Pope Francis' casual speaking style has gotten him into diplomatic trouble.

The Vatican said Wednesday it had sent a note to Mexico's ambassador insisting that Francis "absolutely did not intend to hurt the feelings of the Mexican people" by referring to the "Mexicanization" of his native Argentina from drug trafficking.

Francis made the reference in an email to an Argentine friend involved in combating the drug trade, who then made it public. Mexico formally complained to the Vatican.

In a statement Wednesday, the Vatican said the Pope's words were contained in a personal email and that he had merely repeated a phrase that his friend had used. It said Francis in no way wanted to detract from Mexico's efforts to combat drug trafficking.

"The Holy See feels that the term 'Mexicanization' in no way should (be thought to) have a stigmatizing intent toward the people of Mexico and even less so should it be considered a political opinion to the detriment of a nation that is continuing to make a serious effort to eradicate violence and the social causes that give rise to it," said the Mexican Embassy to the Holy See.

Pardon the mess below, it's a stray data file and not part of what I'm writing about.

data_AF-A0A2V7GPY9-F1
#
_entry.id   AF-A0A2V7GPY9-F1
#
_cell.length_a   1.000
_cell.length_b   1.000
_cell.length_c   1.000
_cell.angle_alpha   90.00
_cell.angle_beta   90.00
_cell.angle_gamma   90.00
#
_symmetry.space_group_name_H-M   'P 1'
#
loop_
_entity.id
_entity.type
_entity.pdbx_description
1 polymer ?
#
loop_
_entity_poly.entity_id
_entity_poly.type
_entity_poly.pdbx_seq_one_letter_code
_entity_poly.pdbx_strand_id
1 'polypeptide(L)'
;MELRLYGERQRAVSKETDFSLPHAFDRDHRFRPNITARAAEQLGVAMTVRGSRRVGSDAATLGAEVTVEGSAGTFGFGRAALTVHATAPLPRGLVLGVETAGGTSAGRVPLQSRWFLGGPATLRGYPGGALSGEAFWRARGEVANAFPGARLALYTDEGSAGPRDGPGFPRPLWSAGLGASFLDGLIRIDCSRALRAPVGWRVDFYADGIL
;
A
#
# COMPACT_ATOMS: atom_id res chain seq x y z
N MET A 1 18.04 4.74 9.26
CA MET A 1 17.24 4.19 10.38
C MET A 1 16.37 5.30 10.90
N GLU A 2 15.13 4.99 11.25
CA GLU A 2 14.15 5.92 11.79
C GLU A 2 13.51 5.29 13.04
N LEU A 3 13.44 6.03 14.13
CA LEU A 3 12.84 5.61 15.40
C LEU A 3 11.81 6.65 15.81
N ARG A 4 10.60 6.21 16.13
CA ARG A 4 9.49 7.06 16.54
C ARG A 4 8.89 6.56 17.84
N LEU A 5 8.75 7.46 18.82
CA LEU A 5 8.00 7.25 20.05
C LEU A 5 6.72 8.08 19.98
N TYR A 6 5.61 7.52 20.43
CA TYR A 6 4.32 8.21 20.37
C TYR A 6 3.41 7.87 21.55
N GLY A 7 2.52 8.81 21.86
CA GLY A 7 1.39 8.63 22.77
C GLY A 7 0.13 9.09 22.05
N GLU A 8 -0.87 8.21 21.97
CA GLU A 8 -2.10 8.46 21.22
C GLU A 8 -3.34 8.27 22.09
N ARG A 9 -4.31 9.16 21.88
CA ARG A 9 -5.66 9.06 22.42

The Mexican Embassy to the Vatican on Tuesday sent a communique to the media after Vatican spokesman Federico Lombardi sent a letter with these observations to Mexico's envoy to the Holy See, Mariano Palacios Alcocer.

In the missive, according to the Mexican Embassy, "the Holy See acknowledged the excellent ... relations with Mexico" and confirmed that Pope Francis "at no time intended to injure the feelings of the Mexican people or the efforts of the country's government."

The remarks of the Holy See come one day after the pontiff expressed his concern over the advance of drug trafficking in his native Argentina in a private letter directed to Buenos Aires lawmaker Gustavo Vera in which he asked that "the Mexicanization (of Argentina) be avoided."

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